The latest streaming revolution? Direct-to-artist tools that could give traditional labels a run for their money.
As a songwriter for megastars like Drake and Rihanna, Starrah never has to worry about where or how to distribute her work. But as a singer and rapper in her own right, she’s like any other independent artist -- eager to push her music on streaming services without going through costly, cumbersome middlemen.
Thanks to Spotify’s direct-upload tool (now in beta testing) and a growing number of similar services across streaming platforms, artists like Starrah increasingly won’t need a label or even an indie distributor to get their music to a wide audience. (Spotify also released a playlist tool in October allowing artists direct contact with its curators.) “It really could disrupt things,” says Nick Jarjour, Starrah’s manager. “It creates less barrier-to-entry for artists, and that in itself is a good thing.”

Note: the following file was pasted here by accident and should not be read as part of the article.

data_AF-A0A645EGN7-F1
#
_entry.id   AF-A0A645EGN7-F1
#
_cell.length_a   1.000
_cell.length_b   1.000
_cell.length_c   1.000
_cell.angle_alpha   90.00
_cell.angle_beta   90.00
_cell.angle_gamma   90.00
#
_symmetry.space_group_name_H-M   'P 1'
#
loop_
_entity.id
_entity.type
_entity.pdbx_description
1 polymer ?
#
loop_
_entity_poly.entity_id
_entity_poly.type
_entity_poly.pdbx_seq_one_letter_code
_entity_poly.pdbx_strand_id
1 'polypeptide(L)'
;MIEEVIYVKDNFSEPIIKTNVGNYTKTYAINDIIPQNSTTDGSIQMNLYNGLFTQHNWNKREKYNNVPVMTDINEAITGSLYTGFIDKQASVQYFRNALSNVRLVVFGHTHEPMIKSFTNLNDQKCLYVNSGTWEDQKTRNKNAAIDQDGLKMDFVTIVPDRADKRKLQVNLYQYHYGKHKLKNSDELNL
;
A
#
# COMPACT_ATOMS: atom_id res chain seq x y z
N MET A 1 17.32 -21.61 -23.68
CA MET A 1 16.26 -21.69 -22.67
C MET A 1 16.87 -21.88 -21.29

So far, Spotify has been the most aggressive of the streaming platforms in launching direct-to-artist tools. In October, the service invested in DistroKid, which could soon allow artists who use Spotify to post the same content on rivals like Apple Music and Tidal. And earlier in 2018, Spotify offered to give six-figure advances to managers to license their artists’ music directly to the service. Although Spotify stock has wobbled with the recent stock-market fluctuations, investors have rewarded the company whenever it reveals these kinds of deals. “We expect these tools to help us continue to provide the largest opportunity for the widest group of creators and artists,” said Spotify CEO Daniel Ek in a November third-quarter earnings call.